One of the real delights of having a kid in college is the terrific books they bring home. Much as I lament the lack of survey courses, and the fact that students can get out of college almost completely ignorant of the Western Canon (don’t stone me), some profs manage to force them to read haunting, thoughtful pieces that will follow them through life.
Recently, dearest daughter brought home The Spirit Catches You and You Fall Down. a study of the terrible collision between Western medicine and a Hmong refugee family over the treatment of their severely epileptic child. Anne Fadiman, the author, knows a thing or two about writing—she won a National Book Critics Circle Award for the book, and she probably imbibed literature with her pablum, her father being Clifton Fadiman, the famous editor and author of the Lifetime Reading Plan. (Footnote: we used his wonderful book as a guide while homeschooling, so DD did get some smidgen of aforesaid Canon).
Spirit is so thought provoking and spellbinding that not only did it keep me up nights but two weeks after finishing it I’m still thinking about it every day. I’m not giving away anything to say that it’s all a horrific train wreck. If you’ve ever had experience with serious illness, you will find yourself identifying mightily with the Hmong family, and if you’ve ever dealt with annoying clients or even a recalcitrant child, you’ll feel for the doctors, too.
One of the most interesting questions the book raises is oh-so-relevant for financial planning—is perfect compliance with a plan necessary? or is there some lesser change that would work nearly as well? Is the correct answer always the one justified by numbers (and science) or are our beliefs and feelings (aka behavioral finance) just as compelling and important? Is there any middle way?
No, yes, no, yes, yes. We financial planners like the certainty and precision of numbers, so much so that we even believe them ourselves. If our projections say your money will last your lifetime, and you can spend exactly $84,237 per year (pick a number), we breathe a sigh of relief, print out the report, have a reassuring client meeting, and off you go. But change the assumptions, the conditions, or the faith of the people involved, and maybe the medicine doesn’t work quite so precisely. It’s critically important to recognize that the best prescription is dependent on certain conditions, but must be tweaked for individual circumstances, personality, and life situation.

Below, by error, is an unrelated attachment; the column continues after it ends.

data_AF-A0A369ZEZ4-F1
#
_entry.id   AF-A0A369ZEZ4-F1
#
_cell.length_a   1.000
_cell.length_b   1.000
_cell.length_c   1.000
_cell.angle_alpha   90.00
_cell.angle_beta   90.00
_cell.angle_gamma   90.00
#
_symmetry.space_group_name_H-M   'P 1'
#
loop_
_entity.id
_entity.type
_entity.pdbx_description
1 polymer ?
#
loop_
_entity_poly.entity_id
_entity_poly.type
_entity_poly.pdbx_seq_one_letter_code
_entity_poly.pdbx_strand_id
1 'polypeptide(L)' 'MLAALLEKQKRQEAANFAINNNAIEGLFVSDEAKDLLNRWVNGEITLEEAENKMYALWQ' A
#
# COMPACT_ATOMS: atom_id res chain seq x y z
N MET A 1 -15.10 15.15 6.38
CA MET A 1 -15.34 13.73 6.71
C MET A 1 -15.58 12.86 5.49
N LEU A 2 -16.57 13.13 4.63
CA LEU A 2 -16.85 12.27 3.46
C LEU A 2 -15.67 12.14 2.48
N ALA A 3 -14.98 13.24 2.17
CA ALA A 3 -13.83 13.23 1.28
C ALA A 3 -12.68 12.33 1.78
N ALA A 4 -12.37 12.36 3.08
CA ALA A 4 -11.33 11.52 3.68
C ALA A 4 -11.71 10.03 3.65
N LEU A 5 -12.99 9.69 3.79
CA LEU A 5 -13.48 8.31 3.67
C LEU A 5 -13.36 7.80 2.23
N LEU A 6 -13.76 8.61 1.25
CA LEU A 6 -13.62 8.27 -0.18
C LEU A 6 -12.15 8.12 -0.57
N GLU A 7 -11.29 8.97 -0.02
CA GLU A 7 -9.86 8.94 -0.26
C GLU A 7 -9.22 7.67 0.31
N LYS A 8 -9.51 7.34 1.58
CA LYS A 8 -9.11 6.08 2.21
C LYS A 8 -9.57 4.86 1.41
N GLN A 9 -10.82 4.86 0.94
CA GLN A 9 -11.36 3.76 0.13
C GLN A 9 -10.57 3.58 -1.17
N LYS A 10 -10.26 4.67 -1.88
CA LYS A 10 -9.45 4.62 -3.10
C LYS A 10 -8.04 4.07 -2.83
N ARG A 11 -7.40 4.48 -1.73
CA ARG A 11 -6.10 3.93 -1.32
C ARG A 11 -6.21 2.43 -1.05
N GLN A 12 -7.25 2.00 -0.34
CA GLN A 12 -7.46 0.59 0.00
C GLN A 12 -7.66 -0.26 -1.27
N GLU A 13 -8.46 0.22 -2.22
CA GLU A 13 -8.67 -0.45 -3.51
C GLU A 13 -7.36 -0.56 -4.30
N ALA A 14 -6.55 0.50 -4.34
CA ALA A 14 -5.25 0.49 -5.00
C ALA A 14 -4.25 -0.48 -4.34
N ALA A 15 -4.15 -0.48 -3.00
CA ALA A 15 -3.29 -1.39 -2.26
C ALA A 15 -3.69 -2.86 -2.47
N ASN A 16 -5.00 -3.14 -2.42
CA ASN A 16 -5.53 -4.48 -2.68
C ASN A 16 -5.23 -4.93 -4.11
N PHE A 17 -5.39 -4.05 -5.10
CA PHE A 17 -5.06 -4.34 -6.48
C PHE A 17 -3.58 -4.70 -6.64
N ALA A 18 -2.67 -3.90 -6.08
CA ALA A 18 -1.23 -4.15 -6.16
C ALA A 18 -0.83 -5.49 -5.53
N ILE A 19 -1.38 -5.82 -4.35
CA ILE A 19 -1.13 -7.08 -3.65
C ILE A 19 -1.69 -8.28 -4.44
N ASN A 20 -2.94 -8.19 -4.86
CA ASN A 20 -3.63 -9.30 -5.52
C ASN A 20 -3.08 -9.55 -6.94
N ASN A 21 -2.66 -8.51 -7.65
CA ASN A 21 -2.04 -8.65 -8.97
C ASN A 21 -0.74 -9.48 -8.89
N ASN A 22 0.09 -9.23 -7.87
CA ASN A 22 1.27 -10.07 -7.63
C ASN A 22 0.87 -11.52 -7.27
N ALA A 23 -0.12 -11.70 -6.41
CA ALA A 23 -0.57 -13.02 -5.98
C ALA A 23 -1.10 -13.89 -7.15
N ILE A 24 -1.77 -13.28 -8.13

Of course, the best plan won’t work if you don’t carry it out. But as Lia’s doctors found out, the plan won’t work if your beliefs, abilities, and commitment disrupt it. I see this so often when people come to me with some robo-advice that proves they can never retire or afford college for their children. Faced with the model that says they must save umpteen thousand dollars, they get terrified and give up (and don’t take the medicine). But even less than perfect action can be life-saving. If you have only managed to save $20,000, or $10,000, or $5,000 (instead of $250,000) for college, more power to you! Believe me, you won’t be sorry to have it.
Other perennial questions—should I pay off the house or invest the money? Should I take the lump sum or the pension?—depend as much on what will bring you peace of mind as on what the numbers might indicate. These are questions that must be sorted through with an advisor who tries to get to know you, not just someone who will crunch numbers.
If you leave an advisor’s office (including mine) with a plan for investments and it turns out to require changes that you put off, and put off, and put off…then maybe the plan, while excellent, is simply not the right design for you. Moving in the right direction is better than doing nothing at all, and revisions should be made until you feel confident that you can proceed.
One of the horrible truths the book demonstrates is that not speaking the language can result in devastating and costly consequences. In financial planning, too, advisors and the industry can speak a foreign and fatally confusing language. Witness the firestorm over fiduciary, which is a difficult word meaning only that the advisor must act in the client’s best interest. Why on earth would this be controversial, and why would the brokerage industry be conducting a bombing campaign to scare the individual investor into believing that this is somehow an evil requirement cooked up by the Obama administration? Because their bull (er, ox) might be gored and they might not be able to make usurious profits on the backs of people whose lack of industry comprehension they exploit. Or the confusion over fee-based (brokerage jargon that means we’ll collect a commission and charge you) vs. fee-only (which means we’ll charge you by the hour or based on assets managed). Fee-based is a subterfuge to confuse you and make you think you’re getting a better, and honest, deal. The brokerage industry is counting on the fact that most people won’t understand the difference, and that they’ll look like they’re wearing the white hats, too. They’re not.
If you don’t understand what an advisor is saying, how that advisor is being paid, why they are recommending what they are, and how they arrived at those conclusions, don’t stop until you do. Even the best doctors make mistakes, and learn from them, but patient, and client, input can have better outcomes if the plan fits well. And sometimes the questioning can produce a thoughtful change in tactics, one which might save the future.